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Avalanche dangers often are not apparent to the novice
11:10 a.m., Feb. 13, 2003--When deciding what you’re going to need for a ski weekend, don’t forget to pick up a book on the science of avalanches. That’s the advice of McKay Jenkins, associate professor of English, a journalist and scholar of American literature, specializing in environmental studies and nonfiction writing.
McKay Jenkins, associate professor of English

His book, “The White Death: Tragedy and Heroism in an Avalanche Zone” was published by Random House in 2000. It’s the true story of five expert skiers who were killed in an avalanche in the mountains of Montana’s Glacier National Park. For the book, Jenkins researched the science of avalanches.

UDaily asked Jenkins about his research.

Q: What is an avalanche and what does it take to create one?

A: There are several kinds of avalanches, the most deadly common occurrence is called a "slab" avalanche, which is formed by a weak layer of snow giving way beneath more stable layers. These are particularly dangerous because they are formed invisibly; a skier or hiker may think he or she is crossing a solid snow cover and realize too late that an unstable layer of snow lies beneath.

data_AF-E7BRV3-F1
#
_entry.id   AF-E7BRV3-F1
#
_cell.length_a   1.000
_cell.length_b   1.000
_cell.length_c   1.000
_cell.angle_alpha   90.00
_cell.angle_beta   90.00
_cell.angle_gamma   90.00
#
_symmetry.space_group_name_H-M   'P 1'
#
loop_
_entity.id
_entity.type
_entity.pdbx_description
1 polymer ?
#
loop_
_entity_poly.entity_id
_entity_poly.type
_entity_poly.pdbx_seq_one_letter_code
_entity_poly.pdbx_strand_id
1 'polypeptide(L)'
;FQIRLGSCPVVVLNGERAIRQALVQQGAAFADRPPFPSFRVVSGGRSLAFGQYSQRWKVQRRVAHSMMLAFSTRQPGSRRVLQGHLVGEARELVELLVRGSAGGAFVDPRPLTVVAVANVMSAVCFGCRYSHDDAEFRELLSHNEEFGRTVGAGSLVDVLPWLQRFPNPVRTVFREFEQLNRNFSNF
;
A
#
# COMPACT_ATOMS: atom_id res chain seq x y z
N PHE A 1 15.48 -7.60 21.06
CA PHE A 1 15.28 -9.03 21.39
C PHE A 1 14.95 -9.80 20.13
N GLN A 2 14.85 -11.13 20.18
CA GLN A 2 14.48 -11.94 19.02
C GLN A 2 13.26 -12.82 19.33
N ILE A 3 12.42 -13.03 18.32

Q: How long can people survive being buried under the snow? Has anyone ever survived being buried by an avalanche?

A: I interviewed one man who survived for 30 minutes under six feet of snow before he was rescued. When he was dug out, his muscles had been so severely squeezed that his urine came out, he said, "like root beer." The snow had crushed protein into his bloodstream. There are stories of much longer suvivals, but most people do not live longer than 45 or 60 minutes. Typically, they are either killed in the fall or suffocate once buried.

Q: When the subjects of your book, five experienced climbers killed by an avalanche while scaling 10,000 feet Mount Cleveland in Glacier National Park, were discovered, it deeply affected the climbing community. Why such an impact?

A: These boys were the finest climbers in their region, and since their community was so small, the tragedy struck very hard. It was not unlike the way the town responded in Gloucester, Mass., to the fishing boat tragedy in "The Perfect Storm." Young men, much admired in their community, lost in an event some considered heroic, others, foolhardy.

Q: Should average skiers worry about avalanches?

A: Skiers should only worry about avalanches when they are skiing in avalanche country. With the possible exception of Mount Washington, N.H., the highest peak in the northeastern U.S, there is very little to worry about on the East Coast. But, as the twin tragedies in Canada revealed in January, once you get into the big mountains of the West, where this is a great deal more snowfall, learning the science of avalanches can save your life.

Article by Barbara Garrison